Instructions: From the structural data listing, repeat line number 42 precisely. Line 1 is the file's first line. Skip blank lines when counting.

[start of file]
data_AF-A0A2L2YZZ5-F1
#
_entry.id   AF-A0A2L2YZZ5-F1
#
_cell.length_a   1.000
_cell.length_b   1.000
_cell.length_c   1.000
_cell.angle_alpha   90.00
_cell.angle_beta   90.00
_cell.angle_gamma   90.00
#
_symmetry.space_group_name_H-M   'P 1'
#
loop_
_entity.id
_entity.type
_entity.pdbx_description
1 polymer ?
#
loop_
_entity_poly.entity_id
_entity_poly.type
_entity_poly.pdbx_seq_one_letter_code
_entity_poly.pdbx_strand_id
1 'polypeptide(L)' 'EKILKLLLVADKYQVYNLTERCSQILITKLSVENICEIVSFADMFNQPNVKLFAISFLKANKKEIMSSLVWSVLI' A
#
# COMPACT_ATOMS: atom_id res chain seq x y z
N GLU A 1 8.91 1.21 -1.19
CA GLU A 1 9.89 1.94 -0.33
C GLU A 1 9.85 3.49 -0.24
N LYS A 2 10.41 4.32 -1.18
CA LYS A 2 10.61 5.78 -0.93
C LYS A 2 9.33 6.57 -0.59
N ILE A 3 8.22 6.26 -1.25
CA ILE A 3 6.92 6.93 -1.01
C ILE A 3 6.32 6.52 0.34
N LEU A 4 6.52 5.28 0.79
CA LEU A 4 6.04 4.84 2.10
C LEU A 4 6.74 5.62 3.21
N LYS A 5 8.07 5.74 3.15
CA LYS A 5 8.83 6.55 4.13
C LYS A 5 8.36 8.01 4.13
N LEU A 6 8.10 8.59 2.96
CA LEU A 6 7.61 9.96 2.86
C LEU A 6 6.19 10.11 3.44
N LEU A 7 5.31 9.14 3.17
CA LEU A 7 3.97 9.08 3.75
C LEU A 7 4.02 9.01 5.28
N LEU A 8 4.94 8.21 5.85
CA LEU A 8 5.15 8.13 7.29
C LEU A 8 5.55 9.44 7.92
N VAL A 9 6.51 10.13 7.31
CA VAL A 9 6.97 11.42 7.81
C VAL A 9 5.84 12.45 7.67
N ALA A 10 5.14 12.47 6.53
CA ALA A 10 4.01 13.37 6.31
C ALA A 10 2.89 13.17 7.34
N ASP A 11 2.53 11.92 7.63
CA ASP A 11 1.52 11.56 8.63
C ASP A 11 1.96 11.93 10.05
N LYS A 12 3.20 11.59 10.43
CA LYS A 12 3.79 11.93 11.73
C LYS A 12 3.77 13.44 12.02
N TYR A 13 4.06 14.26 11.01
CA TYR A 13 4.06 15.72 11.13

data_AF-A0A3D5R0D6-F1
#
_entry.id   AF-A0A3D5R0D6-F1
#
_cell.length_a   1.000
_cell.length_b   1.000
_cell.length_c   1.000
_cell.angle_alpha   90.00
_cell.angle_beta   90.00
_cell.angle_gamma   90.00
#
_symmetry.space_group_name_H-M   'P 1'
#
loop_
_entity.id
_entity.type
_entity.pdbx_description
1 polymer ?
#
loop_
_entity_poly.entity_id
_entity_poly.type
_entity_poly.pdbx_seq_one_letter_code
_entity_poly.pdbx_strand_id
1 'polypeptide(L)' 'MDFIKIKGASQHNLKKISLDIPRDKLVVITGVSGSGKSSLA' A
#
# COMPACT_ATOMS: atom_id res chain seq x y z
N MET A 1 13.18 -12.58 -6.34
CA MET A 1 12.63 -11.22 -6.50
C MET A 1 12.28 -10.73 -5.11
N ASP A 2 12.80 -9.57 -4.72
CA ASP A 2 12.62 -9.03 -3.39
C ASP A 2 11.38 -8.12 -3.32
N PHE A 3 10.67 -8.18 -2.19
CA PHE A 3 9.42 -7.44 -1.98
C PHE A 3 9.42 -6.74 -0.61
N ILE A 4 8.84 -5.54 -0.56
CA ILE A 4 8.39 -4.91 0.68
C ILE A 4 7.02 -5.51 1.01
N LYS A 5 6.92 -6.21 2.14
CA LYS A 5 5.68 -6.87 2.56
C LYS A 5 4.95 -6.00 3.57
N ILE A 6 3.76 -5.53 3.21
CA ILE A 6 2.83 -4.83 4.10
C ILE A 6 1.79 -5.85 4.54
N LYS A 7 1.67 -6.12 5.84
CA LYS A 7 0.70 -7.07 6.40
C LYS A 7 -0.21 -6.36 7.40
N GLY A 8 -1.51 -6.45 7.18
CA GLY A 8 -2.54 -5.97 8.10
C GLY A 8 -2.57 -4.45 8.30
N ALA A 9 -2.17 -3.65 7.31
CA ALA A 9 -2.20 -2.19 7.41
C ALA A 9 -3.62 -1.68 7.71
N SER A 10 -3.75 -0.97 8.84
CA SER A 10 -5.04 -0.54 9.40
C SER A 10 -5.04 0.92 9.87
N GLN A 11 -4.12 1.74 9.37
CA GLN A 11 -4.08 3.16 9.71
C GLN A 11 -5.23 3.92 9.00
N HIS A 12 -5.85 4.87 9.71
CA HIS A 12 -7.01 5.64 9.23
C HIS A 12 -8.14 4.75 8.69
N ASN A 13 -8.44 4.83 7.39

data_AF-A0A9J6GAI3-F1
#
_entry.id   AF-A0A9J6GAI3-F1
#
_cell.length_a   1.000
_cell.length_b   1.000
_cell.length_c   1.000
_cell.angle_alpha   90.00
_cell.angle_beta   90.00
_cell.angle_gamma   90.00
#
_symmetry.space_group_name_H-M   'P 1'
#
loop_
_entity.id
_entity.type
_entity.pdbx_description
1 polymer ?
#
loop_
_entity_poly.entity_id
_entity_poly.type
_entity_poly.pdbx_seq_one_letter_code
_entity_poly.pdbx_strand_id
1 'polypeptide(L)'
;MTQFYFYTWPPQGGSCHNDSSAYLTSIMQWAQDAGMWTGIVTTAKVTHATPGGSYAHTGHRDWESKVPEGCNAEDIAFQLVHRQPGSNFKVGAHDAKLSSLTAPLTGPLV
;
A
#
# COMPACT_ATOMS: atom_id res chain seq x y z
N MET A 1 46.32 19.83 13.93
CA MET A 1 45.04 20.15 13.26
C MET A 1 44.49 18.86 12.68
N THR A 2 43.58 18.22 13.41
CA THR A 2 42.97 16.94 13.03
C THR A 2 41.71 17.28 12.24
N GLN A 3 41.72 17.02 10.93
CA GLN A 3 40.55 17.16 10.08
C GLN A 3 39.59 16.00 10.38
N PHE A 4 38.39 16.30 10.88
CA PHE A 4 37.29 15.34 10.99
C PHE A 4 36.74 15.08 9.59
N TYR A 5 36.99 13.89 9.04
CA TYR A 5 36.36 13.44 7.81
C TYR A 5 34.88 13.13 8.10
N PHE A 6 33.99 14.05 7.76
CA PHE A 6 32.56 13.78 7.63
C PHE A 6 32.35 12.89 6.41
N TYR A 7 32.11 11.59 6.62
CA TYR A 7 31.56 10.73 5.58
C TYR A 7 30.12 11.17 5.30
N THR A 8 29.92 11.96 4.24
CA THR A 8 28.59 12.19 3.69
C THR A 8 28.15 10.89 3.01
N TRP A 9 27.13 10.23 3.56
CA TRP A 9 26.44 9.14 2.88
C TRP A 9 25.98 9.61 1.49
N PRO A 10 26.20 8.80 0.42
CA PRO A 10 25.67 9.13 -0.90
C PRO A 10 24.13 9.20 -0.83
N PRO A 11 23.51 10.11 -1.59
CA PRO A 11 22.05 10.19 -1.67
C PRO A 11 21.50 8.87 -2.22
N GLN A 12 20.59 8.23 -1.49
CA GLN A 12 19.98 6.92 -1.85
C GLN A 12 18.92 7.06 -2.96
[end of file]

C LYS A 5 8.36 8.01 4.13